Letter: General knowledge: a trivial pursuit?

Click to follow
The Independent Online
Sir: I beg to differ with Susan Elkin ('Trapped in a strait-jacket of general ignorance', 15 April). Children, or anyone for that matter, can only maintain a constructive conversation by possessing some degree of intelligence, and knowledge of the subject. This 'knowledge' is not picked up by knowing names, dates, doing crosswords, and Trivial Pursuit (hence its name).

The theoretical physicist Richard Feynman (famed for disputing just about every view put to him) had a little story which illustrates my point. One day he was walking in a park when he overheard a father teaching his young son the name of a bird that they had just seen. However, he was teaching the name in seven different languages. The boy thus gained a neat party trick, but he had absolutely no knowledge of the bird, what it ate, where it came from, did it chirp a nice song, etc.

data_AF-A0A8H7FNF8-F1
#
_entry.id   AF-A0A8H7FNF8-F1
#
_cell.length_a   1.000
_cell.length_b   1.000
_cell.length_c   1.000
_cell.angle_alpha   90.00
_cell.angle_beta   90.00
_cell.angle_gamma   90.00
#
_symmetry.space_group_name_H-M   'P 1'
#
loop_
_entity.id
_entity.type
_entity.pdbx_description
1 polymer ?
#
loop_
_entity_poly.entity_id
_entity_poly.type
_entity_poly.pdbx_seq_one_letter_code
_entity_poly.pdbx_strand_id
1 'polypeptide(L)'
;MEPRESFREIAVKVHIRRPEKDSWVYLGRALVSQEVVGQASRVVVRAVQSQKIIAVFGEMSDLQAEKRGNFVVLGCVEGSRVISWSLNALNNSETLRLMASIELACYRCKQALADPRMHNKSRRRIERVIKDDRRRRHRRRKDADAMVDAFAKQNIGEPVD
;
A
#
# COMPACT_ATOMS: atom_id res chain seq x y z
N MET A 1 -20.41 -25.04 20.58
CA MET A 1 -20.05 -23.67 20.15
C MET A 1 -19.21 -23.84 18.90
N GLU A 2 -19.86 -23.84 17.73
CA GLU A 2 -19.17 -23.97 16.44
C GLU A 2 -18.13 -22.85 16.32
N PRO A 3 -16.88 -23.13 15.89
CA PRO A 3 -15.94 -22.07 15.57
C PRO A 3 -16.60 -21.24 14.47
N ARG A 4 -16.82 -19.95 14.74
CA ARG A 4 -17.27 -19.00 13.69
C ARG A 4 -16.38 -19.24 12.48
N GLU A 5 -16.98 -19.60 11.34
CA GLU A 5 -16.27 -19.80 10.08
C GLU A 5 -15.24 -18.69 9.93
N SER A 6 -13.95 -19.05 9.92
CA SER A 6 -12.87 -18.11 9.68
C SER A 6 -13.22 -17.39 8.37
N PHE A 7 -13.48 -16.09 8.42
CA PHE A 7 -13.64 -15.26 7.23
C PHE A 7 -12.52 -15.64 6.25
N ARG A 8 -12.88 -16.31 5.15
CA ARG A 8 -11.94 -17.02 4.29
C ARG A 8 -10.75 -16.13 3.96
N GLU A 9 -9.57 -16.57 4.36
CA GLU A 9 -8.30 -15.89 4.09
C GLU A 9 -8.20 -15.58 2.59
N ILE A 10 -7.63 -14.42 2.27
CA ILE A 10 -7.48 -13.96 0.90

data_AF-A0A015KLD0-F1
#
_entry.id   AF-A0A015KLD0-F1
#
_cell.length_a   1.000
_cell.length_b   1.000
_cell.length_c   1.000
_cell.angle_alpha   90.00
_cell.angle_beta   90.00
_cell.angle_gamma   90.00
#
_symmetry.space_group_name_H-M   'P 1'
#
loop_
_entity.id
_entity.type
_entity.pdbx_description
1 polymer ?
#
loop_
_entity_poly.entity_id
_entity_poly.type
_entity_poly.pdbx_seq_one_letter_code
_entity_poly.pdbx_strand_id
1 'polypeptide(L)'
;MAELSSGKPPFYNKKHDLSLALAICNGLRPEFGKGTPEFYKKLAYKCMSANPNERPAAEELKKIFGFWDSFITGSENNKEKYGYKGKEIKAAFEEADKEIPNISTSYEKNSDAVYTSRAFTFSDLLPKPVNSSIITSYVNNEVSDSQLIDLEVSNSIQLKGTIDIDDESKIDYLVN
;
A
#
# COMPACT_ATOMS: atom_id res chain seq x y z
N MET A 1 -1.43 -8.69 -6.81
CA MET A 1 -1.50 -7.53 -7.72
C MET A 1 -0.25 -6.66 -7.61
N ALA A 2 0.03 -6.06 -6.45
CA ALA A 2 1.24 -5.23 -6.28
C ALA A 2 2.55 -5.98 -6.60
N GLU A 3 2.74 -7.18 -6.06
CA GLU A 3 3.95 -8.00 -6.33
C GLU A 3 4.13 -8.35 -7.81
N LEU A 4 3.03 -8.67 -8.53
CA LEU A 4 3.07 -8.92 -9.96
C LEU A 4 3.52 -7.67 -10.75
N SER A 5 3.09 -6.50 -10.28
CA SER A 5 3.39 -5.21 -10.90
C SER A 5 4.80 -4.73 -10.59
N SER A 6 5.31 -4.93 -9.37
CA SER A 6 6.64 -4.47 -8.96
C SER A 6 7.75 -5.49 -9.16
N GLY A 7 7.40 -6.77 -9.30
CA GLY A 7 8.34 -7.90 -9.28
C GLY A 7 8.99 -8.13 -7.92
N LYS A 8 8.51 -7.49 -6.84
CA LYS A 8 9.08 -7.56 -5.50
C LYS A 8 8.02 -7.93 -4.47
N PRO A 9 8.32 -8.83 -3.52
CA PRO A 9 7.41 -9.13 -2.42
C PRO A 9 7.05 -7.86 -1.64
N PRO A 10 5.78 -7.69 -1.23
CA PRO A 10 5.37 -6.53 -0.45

People build up their database of 'decontextualised knowledge' under the pretence of becoming more intelligent. However, it is the ability to have some insight into these facts, to be able to analyse, question, and understand, that 'makes life really interesting'.

Anyway, I'm off to learn the names of all the characters in Neighbours. May come in handy next time I play Trivial Pursuit.

Yours faithfully,



15 April